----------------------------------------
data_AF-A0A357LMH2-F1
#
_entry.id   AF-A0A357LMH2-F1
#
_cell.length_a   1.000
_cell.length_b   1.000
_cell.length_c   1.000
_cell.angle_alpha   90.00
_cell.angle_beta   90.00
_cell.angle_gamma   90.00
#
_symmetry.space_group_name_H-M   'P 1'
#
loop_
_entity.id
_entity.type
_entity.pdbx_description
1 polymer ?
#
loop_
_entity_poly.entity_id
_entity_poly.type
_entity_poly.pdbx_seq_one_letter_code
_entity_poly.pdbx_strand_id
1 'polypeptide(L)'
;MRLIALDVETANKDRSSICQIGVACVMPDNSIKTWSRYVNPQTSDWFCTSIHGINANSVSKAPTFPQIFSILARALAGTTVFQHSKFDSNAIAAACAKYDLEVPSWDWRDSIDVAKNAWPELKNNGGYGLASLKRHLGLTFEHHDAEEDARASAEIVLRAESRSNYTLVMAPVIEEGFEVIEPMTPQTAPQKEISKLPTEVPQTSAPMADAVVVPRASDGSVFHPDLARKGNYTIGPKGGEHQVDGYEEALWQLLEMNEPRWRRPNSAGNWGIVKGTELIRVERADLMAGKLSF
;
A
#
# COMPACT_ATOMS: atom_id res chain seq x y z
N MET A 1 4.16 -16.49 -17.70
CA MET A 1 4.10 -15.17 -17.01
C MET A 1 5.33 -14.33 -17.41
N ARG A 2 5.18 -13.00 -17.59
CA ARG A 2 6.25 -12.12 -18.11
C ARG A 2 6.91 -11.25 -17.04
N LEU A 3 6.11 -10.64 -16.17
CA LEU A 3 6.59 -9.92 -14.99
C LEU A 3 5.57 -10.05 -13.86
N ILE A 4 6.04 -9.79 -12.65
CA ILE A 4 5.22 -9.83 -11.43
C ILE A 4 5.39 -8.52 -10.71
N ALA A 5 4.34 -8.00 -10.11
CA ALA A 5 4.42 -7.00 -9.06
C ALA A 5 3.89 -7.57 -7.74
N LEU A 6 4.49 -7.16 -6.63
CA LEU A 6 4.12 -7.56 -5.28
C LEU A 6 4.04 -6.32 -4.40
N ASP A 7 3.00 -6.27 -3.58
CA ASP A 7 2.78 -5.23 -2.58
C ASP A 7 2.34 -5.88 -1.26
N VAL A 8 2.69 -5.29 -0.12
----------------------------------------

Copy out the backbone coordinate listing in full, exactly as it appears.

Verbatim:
data_AF-A0A357LMH2-F1
#
_entry.id   AF-A0A357LMH2-F1
#
_cell.length_a   1.000
_cell.length_b   1.000
_cell.length_c   1.000
_cell.angle_alpha   90.00
_cell.angle_beta   90.00
_cell.angle_gamma   90.00
#
_symmetry.space_group_name_H-M   'P 1'
#
loop_
_entity.id
_entity.type
_entity.pdbx_description
1 polymer ?
#
loop_
_entity_poly.entity_id
_entity_poly.type
_entity_poly.pdbx_seq_one_letter_code
_entity_poly.pdbx_strand_id
1 'polypeptide(L)'
;MRLIALDVETANKDRSSICQIGVACVMPDNSIKTWSRYVNPQTSDWFCTSIHGINANSVSKAPTFPQIFSILARALAGTTVFQHSKFDSNAIAAACAKYDLEVPSWDWRDSIDVAKNAWPELKNNGGYGLASLKRHLGLTFEHHDAEEDARASAEIVLRAESRSNYTLVMAPVIEEGFEVIEPMTPQTAPQKEISKLPTEVPQTSAPMADAVVVPRASDGSVFHPDLARKGNYTIGPKGGEHQVDGYEEALWQLLEMNEPRWRRPNSAGNWGIVKGTELIRVERADLMAGKLSF
;
A
#
# COMPACT_ATOMS: atom_id res chain seq x y z
N MET A 1 4.16 -16.49 -17.70
CA MET A 1 4.10 -15.17 -17.01
C MET A 1 5.33 -14.33 -17.41
N ARG A 2 5.18 -13.00 -17.59
CA ARG A 2 6.25 -12.12 -18.11
C ARG A 2 6.91 -11.25 -17.04
N LEU A 3 6.11 -10.64 -16.17
CA LEU A 3 6.59 -9.92 -14.99
C LEU A 3 5.57 -10.05 -13.86
N ILE A 4 6.04 -9.79 -12.65
CA ILE A 4 5.22 -9.83 -11.43
C ILE A 4 5.39 -8.52 -10.71
N ALA A 5 4.34 -8.00 -10.11
CA ALA A 5 4.42 -7.00 -9.06
C ALA A 5 3.89 -7.57 -7.74
N LEU A 6 4.49 -7.16 -6.63
CA LEU A 6 4.12 -7.56 -5.28
C LEU A 6 4.04 -6.32 -4.40
N ASP A 7 3.00 -6.27 -3.58
CA ASP A 7 2.78 -5.23 -2.58
C ASP A 7 2.34 -5.88 -1.26
N VAL A 8 2.69 -5.29 -0.12